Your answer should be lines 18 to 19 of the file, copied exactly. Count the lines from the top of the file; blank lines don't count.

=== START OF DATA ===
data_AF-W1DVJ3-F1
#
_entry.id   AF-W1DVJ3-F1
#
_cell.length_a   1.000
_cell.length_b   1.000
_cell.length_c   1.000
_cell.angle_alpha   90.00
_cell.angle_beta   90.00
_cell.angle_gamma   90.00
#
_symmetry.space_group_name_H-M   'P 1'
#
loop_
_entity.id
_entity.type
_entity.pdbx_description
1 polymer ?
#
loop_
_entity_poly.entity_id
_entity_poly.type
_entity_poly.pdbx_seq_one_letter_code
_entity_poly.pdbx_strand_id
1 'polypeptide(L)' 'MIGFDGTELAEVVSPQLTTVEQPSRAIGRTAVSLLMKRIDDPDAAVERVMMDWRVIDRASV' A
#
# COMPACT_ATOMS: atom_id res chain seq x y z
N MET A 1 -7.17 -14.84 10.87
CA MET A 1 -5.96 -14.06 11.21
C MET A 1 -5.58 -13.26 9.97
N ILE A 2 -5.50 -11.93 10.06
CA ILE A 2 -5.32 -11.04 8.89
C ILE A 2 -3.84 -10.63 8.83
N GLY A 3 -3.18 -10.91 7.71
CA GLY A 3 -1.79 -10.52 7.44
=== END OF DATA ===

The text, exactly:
1 polymer ?
#